Well, hello Mr. Griffith, we meet again. You too, Mr. Barthelmess (and nice to see you out of yellowface, unlike with your last role).
Griffith chose another play for this outing, adapting a work from the 1890s. Lillian Gish is Anna Moore, a naive country girl from New England sent to visit wealthy relatives in the city, to charm them into a loan of money for her and her mother. But instead she catches the eye of Lennox Sanderson (Lowell Sherman), a slimy playa who cons her into a mock wedding in an effort to get her into bed.
But after a short while, when Anna reveals she is pregnant, Sanderson confesses the truth and abandons her. Heartbroken, Anna returns to the country, first back to her mother’s arms, then to a boarding house where she delivers the baby with the assistance of a sympathetic doctor; her landlady, meanwhile, is fearful of scandal from harboring an unwed mother. When Anna’s baby dies of a fever, the landlady throws her out as well.
Anna wanders the country, bereft, knocking on doors and looking for work. She ultimately finds her way to the tiny town of Bartlett, and the farm of elderly Squire Bartlett, introduced to us as a “stern Puritan” who initially turns her away for fear that she is a “loose woman”. Fortunately, Mrs. Bartlett is somewhat kinder and talks him into taking her in, introducing Anna to her son David (Richard Barthelmess, whom we last saw in Broken Blossoms) – oh, and she should meet their neighbor, Lennox Sanderson, who will be eating dinner with them tonight! During their uneasy reunion, Sanderson tries to convince Anna to leave – but she refuses, agreeing only to keep silent about their history.
There’s a cozy start to the second half of the story, as we meet some of the town’s “characters” – the bumbling police chief, the town gossip, and a scatterbrained lepidopterist in Coke-bottle eyeglasses everyone calls “The Professor”.
The Professor soon turns sweet on Squire Bartlett’s niece Kate, who’s come on an extended visit; the Bartletts, though, have been encouraging her as a match for David. But Kate is more interested in Sanderson – and as for David, he soon falls for Anna, tenderly confessing his feelings during a walk around the mill pond; but Anna, ashamed of her past, refuses him.
And she refuses again that winter, when David proposes to her. But his love inspires a bit of hope in her, and she timidly asks the Squire if – hypothetically – he would have found a way to forgive her if she really had been the loose woman he thought she’d been when they first met. Never, he thunders – “When the law’s broke, it’s broke, ain’t it? A wrong’s a wrong and nothin’ can make it right.” And sure enough, when the town gossip discovers Anna’s secret and tells the Squire, he hurries home and orders Anna – who is at that moment settling down to serve dinner to the whole family and to Lennox Sanderson – that she is to pack her things and leave that instant.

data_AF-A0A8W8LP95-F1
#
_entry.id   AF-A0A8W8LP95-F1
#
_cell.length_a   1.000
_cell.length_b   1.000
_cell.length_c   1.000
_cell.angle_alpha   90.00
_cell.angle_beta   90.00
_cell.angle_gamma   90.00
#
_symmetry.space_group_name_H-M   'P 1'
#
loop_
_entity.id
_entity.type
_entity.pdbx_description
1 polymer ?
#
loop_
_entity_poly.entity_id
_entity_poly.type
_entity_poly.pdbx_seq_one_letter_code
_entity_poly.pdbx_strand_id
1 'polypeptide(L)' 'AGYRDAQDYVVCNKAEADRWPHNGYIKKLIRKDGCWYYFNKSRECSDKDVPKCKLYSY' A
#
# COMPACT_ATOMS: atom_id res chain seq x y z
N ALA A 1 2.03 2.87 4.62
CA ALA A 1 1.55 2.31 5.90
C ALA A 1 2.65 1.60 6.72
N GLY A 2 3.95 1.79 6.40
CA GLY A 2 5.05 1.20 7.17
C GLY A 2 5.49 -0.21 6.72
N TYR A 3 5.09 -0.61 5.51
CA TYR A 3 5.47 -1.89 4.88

David comes to her defense, but Anna tells him it’s true – and angrily reveals the truth about Sanderson. An incensed David attacks Sanderson, and while the rest of the family is distracted breaking up the fight, Anna slips out, fleeing into a blizzard.
But David soon notices her gone and gives chase, tracking her through the storm to where she has wandered out to the river and trapped herself on an ice floe drifting downstream…
Way Down East is comparatively simple (at least for Griffith). But adding the ice floe rescue – something not in the play – made this his most expensive film yet. The scene filmed on location in Vermont in the dead of winter, where the ice was so thick that they had to use dynamite to break off a floe for Gish to lie on. Griffith also had to keep a small fire going underneath the camera because it kept freezing.
Gish was the real trooper – she had the idea to lie on the floe with her hair and one hand hanging into the icy water. She got a severe enough case of frostbite that she had a partially impaired hand for the rest of her life.
….I could actually have done without the ice scene (sorry, Lillian). David has more than proved his loyalty by that point in the film, and Anna’s forceful denouncement of Sanderson is enough to convince the Squire that he’s misjudged her. Similarly, some of the local-color portraits of the townspeople feel unnecessary; the Constable is introduced early on to gossip about a robbery at the local post office, and then pretty much disappears for the rest of the film. The Professor is also obviously introduced solely to be a consolation prize for Kate. Actor Creighton Hale makes the most of it, however, especially during a “country dance” scene where his Professor is hilariously inept.
Audiences of the time ate it all up, rendering this the fourth-highest grossing film of the silent period.